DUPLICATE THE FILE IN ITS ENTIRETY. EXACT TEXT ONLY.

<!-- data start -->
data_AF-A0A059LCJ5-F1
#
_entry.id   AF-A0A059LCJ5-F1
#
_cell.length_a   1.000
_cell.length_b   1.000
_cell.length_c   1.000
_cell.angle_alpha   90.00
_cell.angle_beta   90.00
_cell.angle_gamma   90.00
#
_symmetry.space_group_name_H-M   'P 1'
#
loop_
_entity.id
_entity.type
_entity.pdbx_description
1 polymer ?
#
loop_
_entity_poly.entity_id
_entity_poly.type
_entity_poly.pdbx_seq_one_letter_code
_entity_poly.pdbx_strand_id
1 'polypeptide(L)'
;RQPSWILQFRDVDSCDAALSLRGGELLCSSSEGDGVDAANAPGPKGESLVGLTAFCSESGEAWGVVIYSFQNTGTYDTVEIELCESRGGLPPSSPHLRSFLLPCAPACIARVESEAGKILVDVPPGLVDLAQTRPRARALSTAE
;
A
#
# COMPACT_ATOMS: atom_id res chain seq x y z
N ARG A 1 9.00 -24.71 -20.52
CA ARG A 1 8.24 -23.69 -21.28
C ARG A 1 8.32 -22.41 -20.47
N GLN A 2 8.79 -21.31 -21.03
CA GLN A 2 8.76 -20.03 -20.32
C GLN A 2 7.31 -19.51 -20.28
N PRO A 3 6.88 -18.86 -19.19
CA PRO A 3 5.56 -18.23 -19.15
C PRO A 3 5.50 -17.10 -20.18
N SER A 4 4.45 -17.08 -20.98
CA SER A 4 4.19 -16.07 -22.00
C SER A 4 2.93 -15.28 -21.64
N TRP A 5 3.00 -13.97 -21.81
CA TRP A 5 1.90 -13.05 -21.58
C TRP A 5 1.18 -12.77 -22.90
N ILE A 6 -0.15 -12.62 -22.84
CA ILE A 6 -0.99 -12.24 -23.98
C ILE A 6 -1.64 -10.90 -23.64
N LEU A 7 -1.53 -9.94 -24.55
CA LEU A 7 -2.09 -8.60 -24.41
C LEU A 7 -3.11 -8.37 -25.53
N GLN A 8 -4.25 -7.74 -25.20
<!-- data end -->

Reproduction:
data_AF-A0A059LCJ5-F1
#
_entry.id   AF-A0A059LCJ5-F1
#
_cell.length_a   1.000
_cell.length_b   1.000
_cell.length_c   1.000
_cell.angle_alpha   90.00
_cell.angle_beta   90.00
_cell.angle_gamma   90.00
#
_symmetry.space_group_name_H-M   'P 1'
#
loop_
_entity.id
_entity.type
_entity.pdbx_description
1 polymer ?
#
loop_
_entity_poly.entity_id
_entity_poly.type
_entity_poly.pdbx_seq_one_letter_code
_entity_poly.pdbx_strand_id
1 'polypeptide(L)'
;RQPSWILQFRDVDSCDAALSLRGGELLCSSSEGDGVDAANAPGPKGESLVGLTAFCSESGEAWGVVIYSFQNTGTYDTVEIELCESRGGLPPSSPHLRSFLLPCAPACIARVESEAGKILVDVPPGLVDLAQTRPRARALSTAE
;
A
#
# COMPACT_ATOMS: atom_id res chain seq x y z
N ARG A 1 9.00 -24.71 -20.52
CA ARG A 1 8.24 -23.69 -21.28
C ARG A 1 8.32 -22.41 -20.47
N GLN A 2 8.79 -21.31 -21.03
CA GLN A 2 8.76 -20.03 -20.32
C GLN A 2 7.31 -19.51 -20.28
N PRO A 3 6.88 -18.86 -19.19
CA PRO A 3 5.56 -18.23 -19.15
C PRO A 3 5.50 -17.10 -20.18
N SER A 4 4.45 -17.08 -20.98
CA SER A 4 4.19 -16.07 -22.00
C SER A 4 2.93 -15.28 -21.64
N TRP A 5 3.00 -13.97 -21.81
CA TRP A 5 1.90 -13.05 -21.58
C TRP A 5 1.18 -12.77 -22.90
N ILE A 6 -0.15 -12.62 -22.84
CA ILE A 6 -0.99 -12.24 -23.98
C ILE A 6 -1.64 -10.90 -23.64
N LEU A 7 -1.53 -9.94 -24.55
CA LEU A 7 -2.09 -8.60 -24.41
C LEU A 7 -3.11 -8.37 -25.53
N GLN A 8 -4.25 -7.74 -25.20